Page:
What Foods Should You Eat — and Avoid — on a Diverticulitis Diet?
What you eat can help manage diverticular disease. Learn the ins and outs of a diverticulitis diet vs. diverticulosis diet — and which one is best for you.
So you’ve been diagnosed with diverticulitis, a form of diverticular disease. Eating and avoiding certain foods can help you manage and prevent symptoms — but there’s a lot of misinformation out there.
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The best diet for diverticular disease depends on whether you’re having a flare-up, says registered dietitian Anna Taylor, MS, RDN, LD.
Here, she clears up the confusion about how to manage diverticular disease with diet.
Diverticular disease means you have polyps (small growths) called diverticula in your gut. These polyps can exist without causing any symptoms and without you even knowing they’re there. This is called diverticulosis.
If the polyps become inflamed or infected, they can cause symptoms such as abdominal cramping, pain or tenderness in the area, swelling, bloating, constipation or diarrhea. This is called diverticulitis.
Constipation often contributes to the development of diverticula. “People develop polyps due to years of excessive muscular contractions as the body attempts to move small, hard stools,” explains Taylor. A high-fiber diet helps fight constipation by softening stool, which then moves through the GI tract more comfortably and easily. There’s also less pressure against the polyps, which prevents diverticulitis flare-ups.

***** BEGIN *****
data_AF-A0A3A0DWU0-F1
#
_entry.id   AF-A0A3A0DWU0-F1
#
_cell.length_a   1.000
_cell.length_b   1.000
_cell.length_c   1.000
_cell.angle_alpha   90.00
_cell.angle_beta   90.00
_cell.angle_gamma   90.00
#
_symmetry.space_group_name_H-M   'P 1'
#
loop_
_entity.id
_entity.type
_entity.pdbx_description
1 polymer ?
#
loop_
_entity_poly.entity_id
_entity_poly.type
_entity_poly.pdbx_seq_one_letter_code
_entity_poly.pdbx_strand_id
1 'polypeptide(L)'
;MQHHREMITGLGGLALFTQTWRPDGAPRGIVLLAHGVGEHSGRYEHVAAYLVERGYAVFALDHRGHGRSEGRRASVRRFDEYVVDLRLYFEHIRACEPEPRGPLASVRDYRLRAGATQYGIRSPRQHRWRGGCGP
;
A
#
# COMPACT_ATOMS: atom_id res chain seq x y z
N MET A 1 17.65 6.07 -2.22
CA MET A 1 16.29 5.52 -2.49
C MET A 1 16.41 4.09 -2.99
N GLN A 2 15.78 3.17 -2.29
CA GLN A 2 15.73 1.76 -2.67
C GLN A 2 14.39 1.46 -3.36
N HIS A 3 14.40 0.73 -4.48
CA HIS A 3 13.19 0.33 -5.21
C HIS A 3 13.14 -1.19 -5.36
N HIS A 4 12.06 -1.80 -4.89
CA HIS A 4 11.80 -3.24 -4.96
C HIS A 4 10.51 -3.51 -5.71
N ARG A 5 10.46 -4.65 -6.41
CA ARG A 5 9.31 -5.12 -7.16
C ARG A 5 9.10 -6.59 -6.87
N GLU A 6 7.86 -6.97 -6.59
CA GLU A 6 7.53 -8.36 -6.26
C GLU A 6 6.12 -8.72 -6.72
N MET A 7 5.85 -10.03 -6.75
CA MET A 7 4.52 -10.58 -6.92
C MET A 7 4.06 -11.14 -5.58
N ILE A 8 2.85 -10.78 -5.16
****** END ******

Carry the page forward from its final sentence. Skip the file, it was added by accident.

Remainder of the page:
To eat a diet rich in fiber (doctors recommend 25 to 35 grams per day), choose minimally processed plant foods such as:
Years ago, doctors thought that eating corn, popcorn, nuts and seeds could inflame the polyps and cause diverticulitis, but there’s no research to support that. “It’s safe to eat these types of foods, including tomatoes and strawberries with seeds,” Taylor notes. “All that normal roughage and fiber is fine.”
To get the most out of a high-fiber diet, Taylor also recommends:
“Diverticular disease may be common in Western societies because our diets are so low in fiber,” Taylor says. “Americans, on average, eat around 14 grams each day — about half of what’s recommended.”
“On the flip side, when you have diverticulitis, the polyps are upset, inflamed and maybe even infected. We want to reduce traffic in your GI tract so that nothing else irritates them,” says Taylor. “Decreasing the fiber in your diet helps with that.”
During a diverticulitis flare-up, your doctor may recommend rest, antibiotics and either a clear liquid or low-fiber diet.
If a diverticulitis flare-up is severe or requires surgery, your doctor may recommend a clear liquid diet. “After a day or two, you progress from clear liquids to a low-fiber diet,” says Taylor. “Even if your pain does not subside, you still move toward regular food. You can’t be on a liquid diet long-term because you can become malnourished.”
On a clear liquid diet, you can eat:
For milder cases of diverticulitis, eat a low-fiber, or GI soft, diet. A low-fiber diet limits fiber intake to between 8 and 12 grams of fiber, depending on the severity of the flare-up.
Good low-fiber food options include:
Foods to avoid with diverticulitis include high-fiber options such as:
Follow the low-fiber diet until diverticulitis symptoms subside. “Usually they start to improve after several days of being on antibiotics,” Taylor says.
If they do, your doctor will have you gradually increase your fiber intake over several days to weeks to avoid constipation and bloating. “The goal is getting back to a high-fiber diet to decrease your risk for future bouts of diverticulitis,” Taylor adds. “But if you’re not feeling better within a few days, talk to your doctor.”
Talk to your doctor about a long-term plan, too. And if you’ve recently been diagnosed with diverticular disease, meet with a dietitian to learn practical and sustainable ways to get more fiber into your diet. “Dietitians can also give you more specific recommendations to feel better during a diverticulitis flare-up,” Taylor says.